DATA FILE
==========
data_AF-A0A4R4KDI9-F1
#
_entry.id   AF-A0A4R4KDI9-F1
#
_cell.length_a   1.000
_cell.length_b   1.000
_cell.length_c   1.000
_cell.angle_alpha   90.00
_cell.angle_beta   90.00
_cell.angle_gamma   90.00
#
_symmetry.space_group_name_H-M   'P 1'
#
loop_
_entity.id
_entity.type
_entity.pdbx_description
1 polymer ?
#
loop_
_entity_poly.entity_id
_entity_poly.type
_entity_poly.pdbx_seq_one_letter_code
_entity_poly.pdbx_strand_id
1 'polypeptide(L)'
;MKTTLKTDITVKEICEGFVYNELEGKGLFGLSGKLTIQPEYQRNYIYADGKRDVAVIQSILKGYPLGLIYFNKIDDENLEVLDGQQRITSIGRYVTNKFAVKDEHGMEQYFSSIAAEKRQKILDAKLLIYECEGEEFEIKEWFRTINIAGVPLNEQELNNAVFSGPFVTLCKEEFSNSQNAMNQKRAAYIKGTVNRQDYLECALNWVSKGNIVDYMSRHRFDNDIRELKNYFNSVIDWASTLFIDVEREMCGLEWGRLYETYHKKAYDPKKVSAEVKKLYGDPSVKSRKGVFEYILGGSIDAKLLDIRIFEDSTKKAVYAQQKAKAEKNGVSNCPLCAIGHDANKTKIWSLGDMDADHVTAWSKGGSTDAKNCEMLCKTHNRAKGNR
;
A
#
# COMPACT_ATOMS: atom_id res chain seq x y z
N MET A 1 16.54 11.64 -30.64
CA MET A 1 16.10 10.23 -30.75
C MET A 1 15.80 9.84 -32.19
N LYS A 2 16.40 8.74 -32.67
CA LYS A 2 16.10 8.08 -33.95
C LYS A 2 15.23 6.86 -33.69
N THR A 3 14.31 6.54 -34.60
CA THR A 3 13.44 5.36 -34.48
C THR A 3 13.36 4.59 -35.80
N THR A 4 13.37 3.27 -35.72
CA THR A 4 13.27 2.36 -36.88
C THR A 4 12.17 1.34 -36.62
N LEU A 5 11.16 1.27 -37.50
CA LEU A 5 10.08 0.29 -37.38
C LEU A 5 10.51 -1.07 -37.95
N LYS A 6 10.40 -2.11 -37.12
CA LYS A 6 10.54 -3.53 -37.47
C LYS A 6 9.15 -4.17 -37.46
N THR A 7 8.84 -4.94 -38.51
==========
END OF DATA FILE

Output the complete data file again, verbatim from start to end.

data_AF-A0A4R4KDI9-F1
#
_entry.id   AF-A0A4R4KDI9-F1
#
_cell.length_a   1.000
_cell.length_b   1.000
_cell.length_c   1.000
_cell.angle_alpha   90.00
_cell.angle_beta   90.00
_cell.angle_gamma   90.00
#
_symmetry.space_group_name_H-M   'P 1'
#
loop_
_entity.id
_entity.type
_entity.pdbx_description
1 polymer ?
#
loop_
_entity_poly.entity_id
_entity_poly.type
_entity_poly.pdbx_seq_one_letter_code
_entity_poly.pdbx_strand_id
1 'polypeptide(L)'
;MKTTLKTDITVKEICEGFVYNELEGKGLFGLSGKLTIQPEYQRNYIYADGKRDVAVIQSILKGYPLGLIYFNKIDDENLEVLDGQQRITSIGRYVTNKFAVKDEHGMEQYFSSIAAEKRQKILDAKLLIYECEGEEFEIKEWFRTINIAGVPLNEQELNNAVFSGPFVTLCKEEFSNSQNAMNQKRAAYIKGTVNRQDYLECALNWVSKGNIVDYMSRHRFDNDIRELKNYFNSVIDWASTLFIDVEREMCGLEWGRLYETYHKKAYDPKKVSAEVKKLYGDPSVKSRKGVFEYILGGSIDAKLLDIRIFEDSTKKAVYAQQKAKAEKNGVSNCPLCAIGHDANKTKIWSLGDMDADHVTAWSKGGSTDAKNCEMLCKTHNRAKGNR
;
A
#
# COMPACT_ATOMS: atom_id res chain seq x y z
N MET A 1 16.54 11.64 -30.64
CA MET A 1 16.10 10.23 -30.75
C MET A 1 15.80 9.84 -32.19
N LYS A 2 16.40 8.74 -32.67
CA LYS A 2 16.10 8.08 -33.95
C LYS A 2 15.23 6.86 -33.69
N THR A 3 14.31 6.54 -34.60
CA THR A 3 13.44 5.36 -34.48
C THR A 3 13.36 4.59 -35.80
N THR A 4 13.37 3.27 -35.72
CA THR A 4 13.27 2.36 -36.88
C THR A 4 12.17 1.34 -36.62
N LEU A 5 11.16 1.27 -37.50
CA LEU A 5 10.08 0.29 -37.38
C LEU A 5 10.51 -1.07 -37.95
N LYS A 6 10.40 -2.11 -37.12
CA LYS A 6 10.54 -3.53 -37.47
C LYS A 6 9.15 -4.17 -37.46
N THR A 7 8.84 -4.94 -38.51